Anselm Beaumont, an apothecary, arrived in Calcutta as a Free Merchant in 1753 with a chest of Mediterranean coral beads valued at £500. He was aged 38. He lost everything in the Siege of 1756 and was appointed a Factor in the East India Company “because of his honourable conduct and his great losses in the late general calamity”. He was lent £1,000 by each of his friends.
By 1759, he had risen to Senior Merchant and was the Provincial Military Store Keeper, which included responsibility for the Mint. In 1763 he was appointed Resident in Midnapore with the task of building the new fort. The British Library holds a transcript of his Letterbooks, containing 217 business letters written between April 1763 and his death in 1776.
These reveal that his major mercantile concern was the distribution of salt throughout West Bengal, some on his own behalf and some in partnership with other East India Company officials. A reasonable estimate is that he was distributing at least 10,000 tonne a year, making a profit of £10,000. He also dealt in opium for China, precious stones and coral imported from leading London jewellers and Indian textiles for export to England, as well as many other commodities.
He returned to England in 1765 with a fortune probably exceeding £70,000 since he bought Cheadle Park in Staffordshire for £30,000 as a buy-to-let investment. He had considerable problems in recovering his assets when the East India Company stopped issuing company bills, resorting to French bills, diamonds and even a respondentia bond on a camel caravan between Basra and Aleppo. He was a close friend of Robert Clive, was portrayed in Benjamin West’s portrait of “Lord Clive receiving the Grant of the Diwani”, and accompanied him in 1773-’74 on his travels to France and Italy, where Beaumont purchased 24 antique Roman sculptures, some of which were later purchased by Charles Townley and Lyde Browne for their collections.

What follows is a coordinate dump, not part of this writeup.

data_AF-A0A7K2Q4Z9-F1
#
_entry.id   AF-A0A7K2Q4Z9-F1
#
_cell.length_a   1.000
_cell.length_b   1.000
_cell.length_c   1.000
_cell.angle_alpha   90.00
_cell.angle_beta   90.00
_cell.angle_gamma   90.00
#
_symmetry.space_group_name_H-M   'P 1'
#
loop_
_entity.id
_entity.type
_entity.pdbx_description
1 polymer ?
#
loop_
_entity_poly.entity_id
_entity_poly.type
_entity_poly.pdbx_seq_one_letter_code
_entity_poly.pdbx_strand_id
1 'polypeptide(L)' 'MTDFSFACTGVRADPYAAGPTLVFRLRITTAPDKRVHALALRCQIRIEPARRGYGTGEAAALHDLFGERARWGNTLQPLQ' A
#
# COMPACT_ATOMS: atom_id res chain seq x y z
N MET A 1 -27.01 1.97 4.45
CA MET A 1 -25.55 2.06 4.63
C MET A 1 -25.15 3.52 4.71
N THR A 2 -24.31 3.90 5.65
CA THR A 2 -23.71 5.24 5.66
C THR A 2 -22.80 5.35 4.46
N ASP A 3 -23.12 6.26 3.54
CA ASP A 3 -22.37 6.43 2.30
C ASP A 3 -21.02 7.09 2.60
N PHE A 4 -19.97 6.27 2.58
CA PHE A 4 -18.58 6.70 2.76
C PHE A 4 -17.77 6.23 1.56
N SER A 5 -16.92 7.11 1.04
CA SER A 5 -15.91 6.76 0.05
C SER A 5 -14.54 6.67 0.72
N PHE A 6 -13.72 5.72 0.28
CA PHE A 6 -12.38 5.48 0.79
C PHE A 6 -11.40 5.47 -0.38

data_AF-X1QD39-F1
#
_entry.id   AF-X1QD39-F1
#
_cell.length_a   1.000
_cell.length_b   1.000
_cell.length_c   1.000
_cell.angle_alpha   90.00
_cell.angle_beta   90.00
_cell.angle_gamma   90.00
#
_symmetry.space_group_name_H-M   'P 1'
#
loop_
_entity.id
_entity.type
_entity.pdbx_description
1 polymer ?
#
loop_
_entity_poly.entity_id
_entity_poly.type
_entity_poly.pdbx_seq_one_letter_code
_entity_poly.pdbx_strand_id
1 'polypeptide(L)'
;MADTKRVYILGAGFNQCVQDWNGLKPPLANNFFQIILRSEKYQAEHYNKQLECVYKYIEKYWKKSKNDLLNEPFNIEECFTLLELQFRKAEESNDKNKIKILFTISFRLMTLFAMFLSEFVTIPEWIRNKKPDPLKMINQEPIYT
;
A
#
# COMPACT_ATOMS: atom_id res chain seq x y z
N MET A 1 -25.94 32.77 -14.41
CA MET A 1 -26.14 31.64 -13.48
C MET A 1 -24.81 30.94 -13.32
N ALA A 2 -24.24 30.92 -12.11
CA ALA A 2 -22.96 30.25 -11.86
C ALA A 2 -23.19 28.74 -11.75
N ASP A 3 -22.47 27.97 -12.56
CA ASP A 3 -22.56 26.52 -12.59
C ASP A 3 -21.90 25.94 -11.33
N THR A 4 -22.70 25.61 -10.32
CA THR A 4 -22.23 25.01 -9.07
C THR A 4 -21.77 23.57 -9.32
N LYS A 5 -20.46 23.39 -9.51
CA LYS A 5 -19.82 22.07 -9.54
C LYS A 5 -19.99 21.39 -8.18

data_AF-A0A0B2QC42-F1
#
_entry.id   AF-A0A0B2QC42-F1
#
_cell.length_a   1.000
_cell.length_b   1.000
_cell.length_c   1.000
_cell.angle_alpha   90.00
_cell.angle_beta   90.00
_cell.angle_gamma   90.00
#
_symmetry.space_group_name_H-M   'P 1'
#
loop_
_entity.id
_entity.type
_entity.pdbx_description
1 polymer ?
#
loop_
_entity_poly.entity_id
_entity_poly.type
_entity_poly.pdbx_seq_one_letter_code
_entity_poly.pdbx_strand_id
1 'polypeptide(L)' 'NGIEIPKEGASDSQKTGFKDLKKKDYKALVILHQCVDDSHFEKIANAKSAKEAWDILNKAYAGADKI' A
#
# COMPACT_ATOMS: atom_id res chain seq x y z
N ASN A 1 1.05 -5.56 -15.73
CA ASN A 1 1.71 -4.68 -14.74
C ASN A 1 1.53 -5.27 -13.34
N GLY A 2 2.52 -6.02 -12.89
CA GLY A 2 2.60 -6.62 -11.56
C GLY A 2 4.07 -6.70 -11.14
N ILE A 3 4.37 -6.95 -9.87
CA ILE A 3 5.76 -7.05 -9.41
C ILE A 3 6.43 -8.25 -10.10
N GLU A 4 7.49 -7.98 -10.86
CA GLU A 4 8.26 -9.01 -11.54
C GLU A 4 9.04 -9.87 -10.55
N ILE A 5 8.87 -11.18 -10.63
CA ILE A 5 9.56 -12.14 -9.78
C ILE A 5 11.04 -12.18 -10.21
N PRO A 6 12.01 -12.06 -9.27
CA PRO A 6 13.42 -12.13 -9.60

The letters do contain some social news. When asked to make arrangements for a Miss Hyett, he writes, “We have at present on hand 8 or 9 spinsters of a former importation not yet disposed & many of this year that I fear will be disappointed in their expectations I hope it will not be Miss Hyett’s Case.” Fortunately, four months later, he was able to write: “Miss Hyett has not much depended on the Golden Tales she may have heard of Bengal as she thought proper to engage herself to Capt Pigou before her Arrival and was married soon after.”
After his death, Beaumont’s “Household furniture, some pictures, china, fine linen, rich wardrobe and other valuable effects” were auctioned by James Christie in a two-day sale followed by a one-day sale of his “well chosen library in fine condition”. The catalogues show that the six principal rooms in his Argyle Street house were lavishly furnished and his wardrobe included 15 silk suits, four waistcoats and 140 shirts, of which 66 had not been worn.
This article first appeared on British Library’s Untold Lives blog.